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The Pursuit of Knowledge Under Difficulties, Volumen 2
George L. Craik,George Lillie Craik
Vista completa - 1858
acquaintance acquired advantages afterwards already appeared application artist attempt attention born brought called celebrated character circumstances common considerable continued contrivance course discoveries distinguished early effect employed enabled engaged experiments extraordinary fact father followed formed fortune gave genius give given hand honour immediately important improvement interest invention Italy king knowledge known labours learned least less letter lived London manner master means ment mentioned merely method mind Napier nature never notice object observed obtained occasion original painting passed performances person philosopher picture possession present principal probably proceeded produced published pursuit received regard remained remarked residence returned Royal says Society soon steam success taken thing thought tion took various vessel whole writer young
Página 81 - New Experiments Physico-mechanical, touching the spring of the air, and its effects ; (made for the most part in a new pneumatical engine) written .... by the honourable Robert Boyle, Esq* experiment xxxvi.
Página 171 - ... nothing can be so unworthy of a well-composed soul as to pass away life in bickerings and litigations, in snarling and scuffling with every one about us. Again and again, my dear Barry, we must be at peace with our species, if not for their sakes, yet very much for our own.
Página 385 - Before I had learnt from the note the name and business of my visitor, I was struck with the manliness of his person, the breadth of his chest, the openness of his countenance, and the inquietude of his eye.
Página 347 - Now you will not assert, gentlemen, said I, that it is more difficult to construct a machine that shall weave than one which shall make all the variety of moves which are required in that complicated game.
Página 158 - I mention it only, as it shows the solicitude and extreme activity which he had about every thing that related to his art; that he wished to have his objects embodied as it were, and distinctly before him; that he neglected nothing which could keep his faculties in exercise, and derived hints from every sort of combination.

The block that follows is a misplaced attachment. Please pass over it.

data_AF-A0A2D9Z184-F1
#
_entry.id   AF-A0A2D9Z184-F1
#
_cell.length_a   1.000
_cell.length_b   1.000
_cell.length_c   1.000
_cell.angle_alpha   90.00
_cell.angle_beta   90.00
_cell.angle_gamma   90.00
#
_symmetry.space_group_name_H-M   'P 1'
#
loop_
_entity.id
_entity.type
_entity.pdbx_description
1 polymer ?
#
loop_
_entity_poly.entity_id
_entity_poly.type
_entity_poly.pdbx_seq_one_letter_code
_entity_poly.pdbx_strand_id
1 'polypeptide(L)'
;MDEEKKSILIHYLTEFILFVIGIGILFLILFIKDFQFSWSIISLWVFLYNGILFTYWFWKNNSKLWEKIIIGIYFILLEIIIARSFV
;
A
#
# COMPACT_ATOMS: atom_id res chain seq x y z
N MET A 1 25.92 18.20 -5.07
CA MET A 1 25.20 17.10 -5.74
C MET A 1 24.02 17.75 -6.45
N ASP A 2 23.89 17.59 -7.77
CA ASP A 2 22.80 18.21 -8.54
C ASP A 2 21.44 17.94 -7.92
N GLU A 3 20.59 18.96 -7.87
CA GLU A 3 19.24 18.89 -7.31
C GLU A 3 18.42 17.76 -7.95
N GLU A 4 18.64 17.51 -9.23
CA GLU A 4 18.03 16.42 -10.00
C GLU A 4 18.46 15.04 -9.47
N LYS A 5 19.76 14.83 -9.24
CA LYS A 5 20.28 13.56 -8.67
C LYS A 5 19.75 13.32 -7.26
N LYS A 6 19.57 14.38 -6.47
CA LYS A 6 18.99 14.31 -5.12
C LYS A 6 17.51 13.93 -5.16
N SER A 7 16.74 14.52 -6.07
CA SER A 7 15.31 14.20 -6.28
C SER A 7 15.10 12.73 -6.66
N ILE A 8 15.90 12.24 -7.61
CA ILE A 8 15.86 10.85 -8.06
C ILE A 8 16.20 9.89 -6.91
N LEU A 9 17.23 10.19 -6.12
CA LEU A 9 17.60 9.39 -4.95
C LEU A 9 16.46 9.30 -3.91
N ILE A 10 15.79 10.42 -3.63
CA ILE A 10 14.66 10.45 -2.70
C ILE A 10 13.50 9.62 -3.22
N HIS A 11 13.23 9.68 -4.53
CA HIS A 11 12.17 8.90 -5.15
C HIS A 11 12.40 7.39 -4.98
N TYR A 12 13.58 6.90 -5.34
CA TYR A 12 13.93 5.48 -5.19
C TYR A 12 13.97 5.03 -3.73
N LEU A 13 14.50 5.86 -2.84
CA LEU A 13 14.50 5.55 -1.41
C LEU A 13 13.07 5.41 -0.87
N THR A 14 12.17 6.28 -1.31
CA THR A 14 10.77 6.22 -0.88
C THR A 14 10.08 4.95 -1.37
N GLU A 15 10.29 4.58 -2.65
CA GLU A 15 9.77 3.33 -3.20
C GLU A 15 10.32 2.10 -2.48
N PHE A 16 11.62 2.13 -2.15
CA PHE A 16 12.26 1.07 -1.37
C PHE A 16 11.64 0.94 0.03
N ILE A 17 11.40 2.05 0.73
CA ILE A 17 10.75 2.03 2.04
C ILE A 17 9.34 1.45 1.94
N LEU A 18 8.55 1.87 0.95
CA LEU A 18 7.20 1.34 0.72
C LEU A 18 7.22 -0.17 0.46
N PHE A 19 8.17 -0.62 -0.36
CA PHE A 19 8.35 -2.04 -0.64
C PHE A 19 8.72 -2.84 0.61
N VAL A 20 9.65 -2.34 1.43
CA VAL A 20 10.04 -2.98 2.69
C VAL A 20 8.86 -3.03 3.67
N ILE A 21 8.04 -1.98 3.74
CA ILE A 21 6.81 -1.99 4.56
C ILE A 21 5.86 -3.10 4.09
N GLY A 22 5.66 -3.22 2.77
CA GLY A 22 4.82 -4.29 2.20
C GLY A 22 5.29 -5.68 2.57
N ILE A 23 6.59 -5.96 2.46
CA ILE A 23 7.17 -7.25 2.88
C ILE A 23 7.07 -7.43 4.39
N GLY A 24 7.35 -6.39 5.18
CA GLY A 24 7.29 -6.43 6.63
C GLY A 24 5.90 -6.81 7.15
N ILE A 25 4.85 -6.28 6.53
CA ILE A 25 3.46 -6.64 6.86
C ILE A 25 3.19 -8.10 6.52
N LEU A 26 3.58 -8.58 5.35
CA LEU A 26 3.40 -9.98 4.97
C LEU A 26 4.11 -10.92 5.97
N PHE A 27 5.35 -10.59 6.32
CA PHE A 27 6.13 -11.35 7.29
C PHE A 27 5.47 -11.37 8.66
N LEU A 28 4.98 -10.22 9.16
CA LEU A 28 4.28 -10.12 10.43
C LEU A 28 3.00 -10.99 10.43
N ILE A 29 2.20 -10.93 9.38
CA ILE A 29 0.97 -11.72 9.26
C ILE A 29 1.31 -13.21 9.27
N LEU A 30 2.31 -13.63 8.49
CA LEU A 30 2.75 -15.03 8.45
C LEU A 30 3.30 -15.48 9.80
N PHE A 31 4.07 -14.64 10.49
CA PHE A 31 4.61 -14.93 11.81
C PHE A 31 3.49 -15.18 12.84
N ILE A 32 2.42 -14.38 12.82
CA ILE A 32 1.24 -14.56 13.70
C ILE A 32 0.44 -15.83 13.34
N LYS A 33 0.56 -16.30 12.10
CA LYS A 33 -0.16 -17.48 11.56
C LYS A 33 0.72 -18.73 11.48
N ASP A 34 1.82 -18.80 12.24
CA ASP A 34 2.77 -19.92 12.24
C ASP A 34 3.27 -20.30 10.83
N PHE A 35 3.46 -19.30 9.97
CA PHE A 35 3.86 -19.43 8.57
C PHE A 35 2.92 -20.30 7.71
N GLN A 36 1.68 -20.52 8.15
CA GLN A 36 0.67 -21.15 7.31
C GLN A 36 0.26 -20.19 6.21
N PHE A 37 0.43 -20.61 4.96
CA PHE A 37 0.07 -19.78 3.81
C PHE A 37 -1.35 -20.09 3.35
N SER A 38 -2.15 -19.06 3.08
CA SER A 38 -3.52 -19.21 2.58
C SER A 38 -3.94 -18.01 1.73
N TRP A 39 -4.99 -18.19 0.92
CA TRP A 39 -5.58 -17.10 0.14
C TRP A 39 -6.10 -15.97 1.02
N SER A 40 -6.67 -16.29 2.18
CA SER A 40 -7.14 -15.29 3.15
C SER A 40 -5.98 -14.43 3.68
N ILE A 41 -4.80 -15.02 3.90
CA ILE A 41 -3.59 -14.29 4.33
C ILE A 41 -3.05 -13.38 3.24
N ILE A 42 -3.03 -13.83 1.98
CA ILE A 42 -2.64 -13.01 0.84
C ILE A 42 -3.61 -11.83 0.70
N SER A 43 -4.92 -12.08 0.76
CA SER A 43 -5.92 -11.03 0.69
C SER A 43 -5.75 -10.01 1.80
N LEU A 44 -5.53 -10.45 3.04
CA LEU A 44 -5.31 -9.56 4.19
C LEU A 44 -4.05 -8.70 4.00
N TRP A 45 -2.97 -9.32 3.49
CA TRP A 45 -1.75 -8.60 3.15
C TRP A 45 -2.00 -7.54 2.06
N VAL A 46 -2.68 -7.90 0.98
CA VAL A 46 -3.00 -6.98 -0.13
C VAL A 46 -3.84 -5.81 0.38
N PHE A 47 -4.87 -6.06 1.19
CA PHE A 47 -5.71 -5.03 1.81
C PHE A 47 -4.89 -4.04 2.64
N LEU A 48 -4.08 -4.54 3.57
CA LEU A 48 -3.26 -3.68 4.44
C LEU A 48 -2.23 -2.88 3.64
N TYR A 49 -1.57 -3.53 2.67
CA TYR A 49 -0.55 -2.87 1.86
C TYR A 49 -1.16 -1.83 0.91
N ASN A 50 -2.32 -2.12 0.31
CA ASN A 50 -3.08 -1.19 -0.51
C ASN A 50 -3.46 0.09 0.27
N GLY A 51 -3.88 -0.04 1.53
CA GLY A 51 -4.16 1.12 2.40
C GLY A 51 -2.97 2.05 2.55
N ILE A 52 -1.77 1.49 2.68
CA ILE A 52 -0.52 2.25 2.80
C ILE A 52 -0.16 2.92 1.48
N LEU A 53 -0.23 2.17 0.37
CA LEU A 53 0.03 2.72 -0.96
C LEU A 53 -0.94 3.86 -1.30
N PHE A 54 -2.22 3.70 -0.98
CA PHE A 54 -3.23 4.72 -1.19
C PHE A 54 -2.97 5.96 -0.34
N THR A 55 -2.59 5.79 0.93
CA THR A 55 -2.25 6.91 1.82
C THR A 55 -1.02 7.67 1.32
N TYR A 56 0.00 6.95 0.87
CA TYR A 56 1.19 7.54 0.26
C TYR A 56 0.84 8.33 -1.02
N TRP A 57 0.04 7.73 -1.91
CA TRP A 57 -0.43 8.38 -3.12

Página 321 - The trunk of an elephant that can pick up a pin or rend an oak, is as nothing to it. It can engrave a seal, and crush masses of obdurate metal like wax, before it, — draw out, without breaking, a thread as fine as gossamer, and lift a ship of war like a bauble in the air. It can embroider muslin, and forge anchors, — cut steel into ribands, and impel loaded vessels against the fury of the winds and waves.
Página 158 - If, in his walks, he found a character that he liked, and whose attendance was to be obtained, he ordered him to his house : and from the fields he brought into his painting-room, stumps of trees, weeds, and animals of various kinds ; and designed them, not from memory, but immediately from the objects. He even framed a kind of model of landscapes on his table ; composed of broken stones, dried herbs, and pieces of looking-glass, which he magnified and improved into rocks, trees, and water. How far...
Página 29 - There is a house full of people, and right nasty. The Czar lies next your library, and dines in the parlour next your study. He dines at ten o'clock and six at night ; is very seldom at home a whole day. Very often in the King's yard, or by water, dressed in several dresses. The King is expected there this day ; the best parlour is pretty clean for him to be entertained in ; the King pays for all he has.
Página 356 - Edwards's early life, as well as for the materials of the sequel of our sketch, says, that it was while building this mill that the self-taught architect became acquainted with the principle of the arch. After this achievement, Edwards was accounted the best workman in that part of the country ; and being highly esteemed for his integrity and fidelity to his engagements, as well as for his skill, he had as much employment in his line of a common builder, as he could undertake. In his twenty-seventh...